There was a time in my life if I couldn’t afford to buy Stuart Weitzman, Sergio Rossi, Calvin Klein, Kate Spade or Via Spiga shoes, I wouldn’t buy anything at all. At that time Nine West came into being and was practical for my budget, but I have never been a practical shopper and prefer quality over quantity. It’s easy to spend money when you have it, but I made it an art to live like I had it when I didn’t. Nevertheless, I wouldn’t give in and kept my principles—you can skimp somewhere else but never on your feet.
This week I was in a department store buying cosmetics—and passed the shoe dept. You’re probably wondering what this has to do with writing. Hold on, I’m getting there. I breezed by and saw a pair of Nine West strappy high heel black suede sandals that were a knock-out. I consider the brand cheap; I’m not talking merely price but because they are made from hard, stiff synthetic materials. I have a high arch and good feet that rarely tire, but I like to stand and walk for great lengths of time, and I can, because I buy high quality shoes. I’m of the mind-set that a good pair of shoes you won’t feel and worth a financial sacrifice over physical pain. I didn’t stop to try the heels on, but there was something about them that took hold. I couldn’t stop thinking about them.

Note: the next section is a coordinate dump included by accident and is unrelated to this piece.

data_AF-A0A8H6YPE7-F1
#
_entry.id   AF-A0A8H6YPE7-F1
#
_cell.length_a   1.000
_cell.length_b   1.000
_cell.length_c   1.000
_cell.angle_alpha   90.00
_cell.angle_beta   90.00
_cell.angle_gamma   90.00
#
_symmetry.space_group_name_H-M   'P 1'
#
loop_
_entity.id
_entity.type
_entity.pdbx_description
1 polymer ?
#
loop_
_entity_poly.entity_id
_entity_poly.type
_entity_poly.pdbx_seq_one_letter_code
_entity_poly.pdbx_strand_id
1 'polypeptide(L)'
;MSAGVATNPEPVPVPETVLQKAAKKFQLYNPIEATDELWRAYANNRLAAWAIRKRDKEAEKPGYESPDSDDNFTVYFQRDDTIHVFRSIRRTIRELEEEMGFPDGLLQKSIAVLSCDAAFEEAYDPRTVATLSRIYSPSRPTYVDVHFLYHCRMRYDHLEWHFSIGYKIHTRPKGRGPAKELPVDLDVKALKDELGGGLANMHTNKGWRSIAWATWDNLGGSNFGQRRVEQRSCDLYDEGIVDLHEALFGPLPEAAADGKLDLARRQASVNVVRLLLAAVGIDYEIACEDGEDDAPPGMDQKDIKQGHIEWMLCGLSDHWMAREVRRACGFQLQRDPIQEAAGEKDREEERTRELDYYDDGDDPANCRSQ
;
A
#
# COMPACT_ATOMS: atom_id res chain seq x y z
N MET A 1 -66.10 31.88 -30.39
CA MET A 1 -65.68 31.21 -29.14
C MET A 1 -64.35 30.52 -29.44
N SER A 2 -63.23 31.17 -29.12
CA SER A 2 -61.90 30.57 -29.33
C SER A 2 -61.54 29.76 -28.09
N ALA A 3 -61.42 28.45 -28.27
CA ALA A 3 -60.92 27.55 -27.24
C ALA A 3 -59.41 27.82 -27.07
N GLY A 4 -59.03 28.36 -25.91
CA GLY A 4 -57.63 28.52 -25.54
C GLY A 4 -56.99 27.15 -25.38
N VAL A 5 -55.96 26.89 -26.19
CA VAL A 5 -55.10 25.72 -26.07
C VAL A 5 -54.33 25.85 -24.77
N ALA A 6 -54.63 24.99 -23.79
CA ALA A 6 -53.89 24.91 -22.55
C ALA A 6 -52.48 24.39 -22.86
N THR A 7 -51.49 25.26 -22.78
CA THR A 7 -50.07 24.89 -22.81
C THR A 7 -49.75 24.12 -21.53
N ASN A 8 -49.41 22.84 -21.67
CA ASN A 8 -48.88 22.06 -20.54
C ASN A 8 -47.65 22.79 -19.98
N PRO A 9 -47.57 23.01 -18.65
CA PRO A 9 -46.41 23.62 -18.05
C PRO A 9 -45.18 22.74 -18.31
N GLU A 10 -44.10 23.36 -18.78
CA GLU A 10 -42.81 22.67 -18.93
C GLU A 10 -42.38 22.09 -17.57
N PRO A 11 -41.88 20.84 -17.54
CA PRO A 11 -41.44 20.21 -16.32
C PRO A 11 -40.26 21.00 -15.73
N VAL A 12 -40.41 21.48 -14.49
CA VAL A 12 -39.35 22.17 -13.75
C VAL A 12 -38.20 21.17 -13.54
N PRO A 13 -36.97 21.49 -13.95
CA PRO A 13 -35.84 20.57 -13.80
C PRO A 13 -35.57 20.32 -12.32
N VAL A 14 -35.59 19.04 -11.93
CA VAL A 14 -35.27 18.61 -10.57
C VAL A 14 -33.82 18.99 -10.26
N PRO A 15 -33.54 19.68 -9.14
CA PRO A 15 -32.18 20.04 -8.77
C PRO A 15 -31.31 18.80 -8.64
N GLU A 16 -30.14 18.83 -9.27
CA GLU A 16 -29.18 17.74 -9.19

In a mist, later it came to me. In Berlin, having signed up for a two month dance class in beginner’s flamenco at the Centro be Baile with a red-headed Austrian teacher named Karin, who acted as a welcome committee for all the beginner dancers, she introduced students to teachers and to one another. Friendly, I thought; I liked her and admired her black strappy shoes. Turns out she married a Spaniard and thus began to dance and began her love of all things Español. On the battered wooden dance floor, I stood in the third row beside a shy German computer programmer and a two Dutch librarians who yearned to tap their inner fire. Behind us in the fourth row of dancers were a lithe Turkish office girl and Lola, a Yugoslavian transvestite a head taller than the other girls with shiny black hair and short flouncy skirts who already stoked the flames.
I went through the eight weeks—long enough to master a few steps and I mimicked the teacher with as much emotion as I could muster. At one point Karin commanded, (Austrians like Germans are fond of commands) that I hold my laughter, “like you just took a bite out of a lemon.” I held my head up, stiffened my spine and continued to attack the floor.
Have you ever taken a class and a fellow student turned out to be a sketch for a character study? Share your comments—I’d love to hear your stories.